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1 Elizabeth Rona (Róna Erzsébet) The Polonium Woman Radnóti Katalin Eötvös Loránd Univesity

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1 1 Elizabeth Rona (Róna Erzsébet) The Polonium Woman Radnóti Katalin Eötvös Loránd Univesity

2 2 Synopsis „ Main characters ” : Róna Erzsébet Francis Tangl, George Hevesy, Otto Hahn, Stefan Meyer, Hans Pettersson, Ellen Gleditsch, Irnene Curie……. The origins in Hungary Berlin, Wien, Paris, Oslo, USA

3 Bibliography Palló Gábor (1992): Radioaktivitás és a kémiai atomelmélet. Akadémiai Kiadó. Budapest Róna Erzsébet doktori értekezése (1912): A bróm és az egyértékű aliphás alkoholok. Budapest. 32 oldal Róna, E. (1914a): Az urán átalakulásairól, Mathematikai és Természettudományi Értesítő, 32, 350. Róna, E.(1914b): Az urán átalakulásairól, Magyar Chemiai Folyóirat. 5, 42. Róna, E. (1917) A rádium-emanáczió diffúzióállandója és atomátmérője, Magyar Chemiai Folyóirat, 23, 156. Rona, Elizabeth (1978): How it Came About. Radioactivity, Nuclear Physics, Atomic Energy. Oak Ridge Associated Universities. Maria Rentetzi (2007): Trafficking Materials and Gendered Experimental Practices published by Columbia University Press 3

4 Elizabeth Rona (1890. Budapest -1981. Oak Ridge) She was born in Budapest in 1890. At the age of 21 Elizabeth Rona received her Ph.D in organic chemistry, from the University of Budapest (1912). Now called Eötvös Loránd University. It consists only 32 pages. It can be found in the library of ELTE. 4

5 For postdoctoral training she went to Karlsruhe to study under Kasimir Fajans, who had just announced his discovery of „pliades” (the term was changed to „isotopes” by F. Soddy a year later). 5

6 6 At this time George Hevesy also returned to Budapest from Vienna, where he and Fritz Paneth had just finished reporting their studies of the diffusion of lead solutions. They had used ThB (thorium-B ), which we now call Pb-2l2. Thus a radioactive „isotope” has been an „indicator” in 1913. Hevesy asked Elizabeth to check a small detail in a current radiochemical argument. G. N. Antonoff in Rutherford's Manchester laboratory had discovered UY, now termed Th-231, but F. Soddy and A. Flecks in Glasgow could not confirm.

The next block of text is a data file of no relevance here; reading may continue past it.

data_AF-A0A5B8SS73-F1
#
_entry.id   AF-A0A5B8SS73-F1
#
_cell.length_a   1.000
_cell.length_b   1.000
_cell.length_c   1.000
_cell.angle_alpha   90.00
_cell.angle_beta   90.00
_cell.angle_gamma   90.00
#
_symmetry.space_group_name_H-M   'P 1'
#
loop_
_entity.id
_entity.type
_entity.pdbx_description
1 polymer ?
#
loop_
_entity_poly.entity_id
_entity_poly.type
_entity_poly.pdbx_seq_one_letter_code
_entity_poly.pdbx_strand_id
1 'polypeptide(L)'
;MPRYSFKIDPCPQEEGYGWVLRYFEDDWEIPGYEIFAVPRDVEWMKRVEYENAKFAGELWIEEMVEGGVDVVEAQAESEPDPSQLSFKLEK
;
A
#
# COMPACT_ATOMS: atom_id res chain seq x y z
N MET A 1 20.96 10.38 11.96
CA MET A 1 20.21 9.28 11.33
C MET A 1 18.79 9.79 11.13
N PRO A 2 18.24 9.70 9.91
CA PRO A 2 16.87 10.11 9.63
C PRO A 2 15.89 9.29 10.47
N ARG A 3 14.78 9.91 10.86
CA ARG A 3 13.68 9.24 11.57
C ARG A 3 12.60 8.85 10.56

7 The transformations of Uranium 1914. Elizabeth followed Hevesy's suggestion and verified the existence of UY. UI  UX I  UX II  UII In today’s nomenclature it would be written as: Hungarian Sciences Academy She was only 24 years old. “On this sequence it is unusual, that both of the branches are a result of  transformation, we didn’t see anything like this before and we thought these branches can only be that some of the atoms emit  and others emit β rays.”(Rona 1914) 7

8 8 Only after the isotope uranium-235 had been discovered (1935) and established as the first element of a new series (the actinoid series) was UY found to be an isotope of thorium: thorium-231, daughter of uranium-235 and parent of protactinium 231. UXUY

9 9 Radioactive tracing was the discovery of four scientists. One of them was Elizabeth Rona. One interesting research project was the determination of the diffusion constant of radon in water and its atomic radius in 1917. Eva Ramstead, a Swedish scientist, verified her results in Stockholm. They met many years letter.

10 Francis Tangl, a well-know biochemist and physiologist at the University of Budapest offerd her a new job. He needed a scientist who could set up courses to complement the chemical training of his graduate and postgraduate students. 10

11 The political situation in Hungary changed suddenly and dramatically. Otto Hahn offered her a fellowship to work in their radioactivity department in the Kaiser Wilhelm Institute in Berlin-Dahlem. Elizabeth Rona joined Otto Hahn's staff in Berlin to separate ionium (now Th-230) from uranium ores. 11